Please note that we have stopped the regular imports of Gene Expression Omnibus (GEO) data into ArrayExpress. This may not be the latest version of this experiment.
E-GEOD-13657 - Salmon Spawning Migration: Metabolic Shifts and Environmental Triggers
Submitted on 18 November 2008, released on 15 May 2010, last updated on 1 May 2014
A large-scale functional genomics study revealed shifting energy generating processes in white muscle during the final 1,300 km migration of wild sockeye salmon to their spawning grounds in the Fraser River, British Columbia. In 2006, Lower Adams stock sockeye salmon ceased feeding after passing the Queen Charlotte Islands, 850 km from the Fraser River. Enhanced protein turnover and reduced transcription of actin, muscle contractile and heme-related proteins were early starvation responses in saltwater. Arrival to the estuarine environment triggered massive protein turnover through induction of proteasoma and lysosomal proteolysis and protein biosynthesis, and a shift from anaerobic glycolysis to oxidative phosphorylation. Response to entry into freshwater was modest, with up-regulation of heat shock proteins and nitric oxide biosynthesis. High river temperatures resulted in a strong defense/immune response and high mortalities in 50% of fish. Arrival to the spawning grounds triggered further up-regulation of oxidative phosphorylation and proteolysis, down-regulation of protein biosynthesis and helicase activity, and continued down-regulation of muscle proteins and most glycolytic enzymes. However, sharp up-regulation of PFK-I indicated induction of glycolytic potential at the spawning grounds. The identification of potential environmental cues triggering genome-wide transcriptional shifts in white muscle associated with migration and the strong activation of proteasomal proteolysis were both novel findings. Keywords: Functional genomics study on wild-caught fish The experiment was based on expression profiles of white muscle tissue collected from wild migrating adult sockeye salmon during their return spawning migration back to the Fraser River. Fish were collected from seven sites along the final 1,300 km migration path, and white muscle samples were quickly frozen in liquid nitrogen upon capture. Marine sampling sites included (from north to south) the Queen Charlotte Islands (QCI), Johnstone Strait (JS), Juan de Fuca Strait (JDFS), and the Strait of Georgia (SOG). Freshwater sampling sites included Whonnock (W), Savona (SV) and the Lower Adams Spawning Grounds. Genetically-based stock ID was used to identify the natal sites of fish collected from the wild. The experiment was designed to profile the transcriptional shifts associated with migration of the Adams River stock complex. The total experiment included 80 microarray slides, with a minimum biological replicate size per site of 6 (SV), and maximum of 18 (JS) (see supplemental table for details). Additional intra-site variables, which could only be addressed in some sites, included sex (female biased) and river entry timing (for JS, JDFS and W sites; identified through radio-tracking of marine collected fish). Total RNA was amplified (1 round) with MessageAmpTMII-96 kit (Ambion, TX, USA), and reverse transcribed to cDNA before labelling with ALEXA dyes using the Invitrogen Indirect Labelling Kit. The experiment was based on a reference design, with the reference containing the combined aRNA of all individuals used in the experiment. Individual samples were labelled with Alexa 555 and the reference control with Alexa 647, with no dye flips included. A single technical replicate of one SV fish (replicate 5) was included in the experimental design. This experiment is part of a larger white muscle experiment containing additional sockeye salmon stocks.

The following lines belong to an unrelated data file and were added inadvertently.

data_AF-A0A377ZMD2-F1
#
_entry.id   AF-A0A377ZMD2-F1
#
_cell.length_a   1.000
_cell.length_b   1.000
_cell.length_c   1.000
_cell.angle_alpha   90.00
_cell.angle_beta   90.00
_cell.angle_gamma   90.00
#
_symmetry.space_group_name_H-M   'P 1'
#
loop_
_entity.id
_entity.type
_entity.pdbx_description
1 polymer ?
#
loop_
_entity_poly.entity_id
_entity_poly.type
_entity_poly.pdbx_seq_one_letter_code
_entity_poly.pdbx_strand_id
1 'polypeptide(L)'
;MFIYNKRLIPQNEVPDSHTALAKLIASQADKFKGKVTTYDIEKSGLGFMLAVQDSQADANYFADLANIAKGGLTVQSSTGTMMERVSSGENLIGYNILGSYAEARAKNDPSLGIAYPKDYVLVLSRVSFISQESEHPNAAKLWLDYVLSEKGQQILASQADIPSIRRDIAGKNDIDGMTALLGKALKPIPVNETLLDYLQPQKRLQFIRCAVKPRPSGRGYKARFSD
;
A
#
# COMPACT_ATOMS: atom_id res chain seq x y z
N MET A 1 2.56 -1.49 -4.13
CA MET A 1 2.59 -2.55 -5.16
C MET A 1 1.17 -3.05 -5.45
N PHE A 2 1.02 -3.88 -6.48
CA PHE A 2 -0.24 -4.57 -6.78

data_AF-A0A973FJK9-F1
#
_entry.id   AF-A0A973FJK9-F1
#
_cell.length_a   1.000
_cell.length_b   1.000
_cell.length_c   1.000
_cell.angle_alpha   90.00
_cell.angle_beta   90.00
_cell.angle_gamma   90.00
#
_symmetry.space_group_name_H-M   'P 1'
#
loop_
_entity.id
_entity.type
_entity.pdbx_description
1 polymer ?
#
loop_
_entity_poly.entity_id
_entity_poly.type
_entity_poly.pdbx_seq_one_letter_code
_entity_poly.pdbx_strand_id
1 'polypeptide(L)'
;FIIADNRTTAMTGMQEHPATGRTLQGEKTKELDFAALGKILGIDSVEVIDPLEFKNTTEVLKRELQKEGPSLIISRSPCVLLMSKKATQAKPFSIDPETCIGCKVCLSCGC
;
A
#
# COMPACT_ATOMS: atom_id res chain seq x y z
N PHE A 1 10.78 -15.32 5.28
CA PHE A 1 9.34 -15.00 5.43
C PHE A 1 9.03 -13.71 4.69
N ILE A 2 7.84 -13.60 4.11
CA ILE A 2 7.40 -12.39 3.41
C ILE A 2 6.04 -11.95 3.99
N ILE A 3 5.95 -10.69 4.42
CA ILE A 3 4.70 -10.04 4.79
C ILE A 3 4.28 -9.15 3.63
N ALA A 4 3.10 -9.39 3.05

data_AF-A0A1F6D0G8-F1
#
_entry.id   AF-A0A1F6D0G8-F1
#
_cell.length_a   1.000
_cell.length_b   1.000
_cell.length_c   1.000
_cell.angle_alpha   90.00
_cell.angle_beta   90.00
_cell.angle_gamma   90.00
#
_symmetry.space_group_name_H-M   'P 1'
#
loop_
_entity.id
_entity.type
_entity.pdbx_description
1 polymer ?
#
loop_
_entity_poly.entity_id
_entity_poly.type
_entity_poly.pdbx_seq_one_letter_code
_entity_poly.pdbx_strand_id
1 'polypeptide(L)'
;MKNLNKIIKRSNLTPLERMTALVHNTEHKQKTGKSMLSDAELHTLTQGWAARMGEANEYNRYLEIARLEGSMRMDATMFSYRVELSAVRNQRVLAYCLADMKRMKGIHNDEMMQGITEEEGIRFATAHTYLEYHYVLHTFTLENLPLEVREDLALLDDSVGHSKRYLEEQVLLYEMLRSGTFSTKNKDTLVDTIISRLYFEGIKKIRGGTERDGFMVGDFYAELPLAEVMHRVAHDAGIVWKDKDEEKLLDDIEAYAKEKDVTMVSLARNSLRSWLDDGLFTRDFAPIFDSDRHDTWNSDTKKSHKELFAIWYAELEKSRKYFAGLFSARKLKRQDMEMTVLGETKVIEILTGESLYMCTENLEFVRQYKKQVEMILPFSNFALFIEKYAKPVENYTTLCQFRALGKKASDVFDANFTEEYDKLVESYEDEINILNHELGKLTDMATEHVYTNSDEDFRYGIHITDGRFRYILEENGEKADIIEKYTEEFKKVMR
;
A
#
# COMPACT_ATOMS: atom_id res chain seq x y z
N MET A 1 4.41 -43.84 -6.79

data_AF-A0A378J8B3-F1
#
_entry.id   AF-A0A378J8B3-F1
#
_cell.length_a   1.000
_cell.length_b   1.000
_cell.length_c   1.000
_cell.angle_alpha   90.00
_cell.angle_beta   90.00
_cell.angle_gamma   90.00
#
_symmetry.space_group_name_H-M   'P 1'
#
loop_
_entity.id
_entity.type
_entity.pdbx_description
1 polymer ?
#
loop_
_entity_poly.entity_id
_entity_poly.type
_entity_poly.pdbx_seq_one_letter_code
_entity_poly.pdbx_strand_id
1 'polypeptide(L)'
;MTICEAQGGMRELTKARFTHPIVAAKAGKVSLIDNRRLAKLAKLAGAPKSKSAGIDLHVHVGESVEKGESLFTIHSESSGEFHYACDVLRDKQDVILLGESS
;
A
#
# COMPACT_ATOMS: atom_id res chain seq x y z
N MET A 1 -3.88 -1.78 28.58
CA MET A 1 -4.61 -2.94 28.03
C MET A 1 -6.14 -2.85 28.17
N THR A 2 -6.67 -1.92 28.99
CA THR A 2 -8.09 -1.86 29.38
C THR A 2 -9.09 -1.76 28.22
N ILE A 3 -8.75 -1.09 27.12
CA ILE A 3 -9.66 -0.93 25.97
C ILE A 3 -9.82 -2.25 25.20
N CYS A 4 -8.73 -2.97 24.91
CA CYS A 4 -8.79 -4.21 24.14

transcription profiling by array
Shaorong Li <Shaorong.Li@dfo-mpo.gc.ca>, Angela D Schulze, Anthony P Farrell, David A Patterson, Kristina M Miller, Norma Ginther, Scott G Hinch